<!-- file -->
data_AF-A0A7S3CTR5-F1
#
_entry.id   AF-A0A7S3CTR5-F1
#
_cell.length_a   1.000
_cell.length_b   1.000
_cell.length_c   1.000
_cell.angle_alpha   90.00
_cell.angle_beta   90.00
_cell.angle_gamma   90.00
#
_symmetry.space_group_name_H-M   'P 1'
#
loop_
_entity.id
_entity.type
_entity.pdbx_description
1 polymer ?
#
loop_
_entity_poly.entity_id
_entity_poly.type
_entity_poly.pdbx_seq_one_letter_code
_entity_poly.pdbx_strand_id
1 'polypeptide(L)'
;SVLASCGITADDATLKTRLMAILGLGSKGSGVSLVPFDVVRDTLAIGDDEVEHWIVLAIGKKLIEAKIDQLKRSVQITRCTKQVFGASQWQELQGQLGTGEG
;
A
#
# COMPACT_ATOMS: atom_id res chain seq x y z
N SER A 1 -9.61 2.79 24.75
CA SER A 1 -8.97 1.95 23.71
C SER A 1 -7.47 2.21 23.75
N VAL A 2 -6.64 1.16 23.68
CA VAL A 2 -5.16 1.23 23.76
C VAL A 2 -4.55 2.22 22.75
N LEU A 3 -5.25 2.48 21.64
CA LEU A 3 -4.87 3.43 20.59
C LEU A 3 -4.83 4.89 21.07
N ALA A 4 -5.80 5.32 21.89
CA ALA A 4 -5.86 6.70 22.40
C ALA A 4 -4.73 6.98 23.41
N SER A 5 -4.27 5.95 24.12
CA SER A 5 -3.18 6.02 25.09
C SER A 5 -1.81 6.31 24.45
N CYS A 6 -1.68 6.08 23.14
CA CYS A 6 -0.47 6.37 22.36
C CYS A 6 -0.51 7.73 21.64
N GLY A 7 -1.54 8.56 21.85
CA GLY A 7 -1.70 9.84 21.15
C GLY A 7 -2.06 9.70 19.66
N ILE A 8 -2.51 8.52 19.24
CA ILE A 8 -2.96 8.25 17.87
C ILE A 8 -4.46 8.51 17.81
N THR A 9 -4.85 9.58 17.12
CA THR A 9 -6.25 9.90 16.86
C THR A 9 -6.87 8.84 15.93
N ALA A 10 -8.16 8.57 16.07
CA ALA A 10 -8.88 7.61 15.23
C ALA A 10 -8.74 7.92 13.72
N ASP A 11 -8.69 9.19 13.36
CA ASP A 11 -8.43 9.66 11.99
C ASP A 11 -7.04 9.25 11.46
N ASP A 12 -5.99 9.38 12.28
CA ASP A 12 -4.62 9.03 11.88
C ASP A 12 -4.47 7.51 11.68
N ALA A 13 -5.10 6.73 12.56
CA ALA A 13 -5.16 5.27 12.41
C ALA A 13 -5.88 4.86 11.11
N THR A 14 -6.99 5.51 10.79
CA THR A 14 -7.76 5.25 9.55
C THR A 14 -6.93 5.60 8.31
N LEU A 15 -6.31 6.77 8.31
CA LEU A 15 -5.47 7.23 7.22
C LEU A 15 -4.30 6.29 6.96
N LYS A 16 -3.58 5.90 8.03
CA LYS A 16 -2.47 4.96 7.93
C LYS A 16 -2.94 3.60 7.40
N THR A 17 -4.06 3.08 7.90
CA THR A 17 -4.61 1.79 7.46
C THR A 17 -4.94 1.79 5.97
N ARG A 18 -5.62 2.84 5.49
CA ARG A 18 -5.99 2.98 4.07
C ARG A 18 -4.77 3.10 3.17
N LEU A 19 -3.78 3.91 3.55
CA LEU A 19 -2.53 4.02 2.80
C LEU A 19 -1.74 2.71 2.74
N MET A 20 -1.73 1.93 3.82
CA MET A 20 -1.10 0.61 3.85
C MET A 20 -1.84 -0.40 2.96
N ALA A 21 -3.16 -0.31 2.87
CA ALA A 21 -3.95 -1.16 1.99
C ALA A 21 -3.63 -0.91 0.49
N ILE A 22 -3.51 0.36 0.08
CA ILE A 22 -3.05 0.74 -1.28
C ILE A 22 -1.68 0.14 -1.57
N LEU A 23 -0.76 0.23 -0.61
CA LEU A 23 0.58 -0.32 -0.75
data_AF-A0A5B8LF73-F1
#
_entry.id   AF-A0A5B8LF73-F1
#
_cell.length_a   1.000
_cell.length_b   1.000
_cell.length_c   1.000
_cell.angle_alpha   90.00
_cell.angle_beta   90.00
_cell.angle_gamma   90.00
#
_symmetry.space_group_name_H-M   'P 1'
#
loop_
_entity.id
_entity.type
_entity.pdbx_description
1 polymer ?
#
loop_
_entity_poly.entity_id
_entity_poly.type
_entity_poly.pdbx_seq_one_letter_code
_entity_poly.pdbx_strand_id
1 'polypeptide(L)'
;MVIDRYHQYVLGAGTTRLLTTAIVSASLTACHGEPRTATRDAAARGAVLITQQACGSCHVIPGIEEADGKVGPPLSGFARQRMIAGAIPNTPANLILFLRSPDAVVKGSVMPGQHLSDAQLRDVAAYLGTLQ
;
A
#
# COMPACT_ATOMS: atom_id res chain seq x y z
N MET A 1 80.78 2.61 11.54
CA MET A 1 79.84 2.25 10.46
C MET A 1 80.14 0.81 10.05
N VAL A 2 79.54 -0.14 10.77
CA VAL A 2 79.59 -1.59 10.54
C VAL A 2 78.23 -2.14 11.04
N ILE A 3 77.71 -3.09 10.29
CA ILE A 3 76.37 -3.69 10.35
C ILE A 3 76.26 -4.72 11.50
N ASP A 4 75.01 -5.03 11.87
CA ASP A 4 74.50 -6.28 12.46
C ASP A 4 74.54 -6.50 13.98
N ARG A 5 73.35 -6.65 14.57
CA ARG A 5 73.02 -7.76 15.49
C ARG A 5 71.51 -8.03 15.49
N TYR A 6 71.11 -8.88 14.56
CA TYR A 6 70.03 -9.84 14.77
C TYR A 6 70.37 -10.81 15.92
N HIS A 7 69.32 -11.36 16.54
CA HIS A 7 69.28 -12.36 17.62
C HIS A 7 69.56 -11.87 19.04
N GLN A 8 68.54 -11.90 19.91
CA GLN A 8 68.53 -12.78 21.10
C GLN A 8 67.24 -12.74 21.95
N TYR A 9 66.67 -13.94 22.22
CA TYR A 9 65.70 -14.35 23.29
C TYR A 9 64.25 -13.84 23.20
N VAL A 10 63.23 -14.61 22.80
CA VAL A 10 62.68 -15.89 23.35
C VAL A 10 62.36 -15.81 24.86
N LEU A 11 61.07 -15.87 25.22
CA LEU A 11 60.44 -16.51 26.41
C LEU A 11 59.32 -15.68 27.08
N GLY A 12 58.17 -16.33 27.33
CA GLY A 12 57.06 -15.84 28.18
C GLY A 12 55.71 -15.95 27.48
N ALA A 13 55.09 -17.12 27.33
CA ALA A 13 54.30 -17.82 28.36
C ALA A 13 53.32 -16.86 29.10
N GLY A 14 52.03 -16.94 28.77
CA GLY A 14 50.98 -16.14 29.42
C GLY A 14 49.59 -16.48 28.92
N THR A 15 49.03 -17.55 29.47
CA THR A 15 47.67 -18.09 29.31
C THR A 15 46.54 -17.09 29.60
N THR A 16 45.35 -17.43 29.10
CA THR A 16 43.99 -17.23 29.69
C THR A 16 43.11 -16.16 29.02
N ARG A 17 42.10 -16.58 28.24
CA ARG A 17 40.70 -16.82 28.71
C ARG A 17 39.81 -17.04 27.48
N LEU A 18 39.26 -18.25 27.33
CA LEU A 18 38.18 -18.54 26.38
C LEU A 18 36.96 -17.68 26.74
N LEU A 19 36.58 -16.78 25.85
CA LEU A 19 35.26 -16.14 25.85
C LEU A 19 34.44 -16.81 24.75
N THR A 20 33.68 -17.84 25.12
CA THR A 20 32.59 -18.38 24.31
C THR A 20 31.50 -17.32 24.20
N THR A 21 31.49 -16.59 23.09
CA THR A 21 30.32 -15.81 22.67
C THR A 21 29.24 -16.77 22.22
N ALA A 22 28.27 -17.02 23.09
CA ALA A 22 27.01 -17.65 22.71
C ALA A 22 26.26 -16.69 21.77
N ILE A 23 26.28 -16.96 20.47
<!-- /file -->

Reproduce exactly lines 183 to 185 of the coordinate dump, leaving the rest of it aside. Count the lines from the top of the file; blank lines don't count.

N LEU A 19 36.58 -16.78 25.85
CA LEU A 19 35.26 -16.14 25.85
C LEU A 19 34.44 -16.81 24.75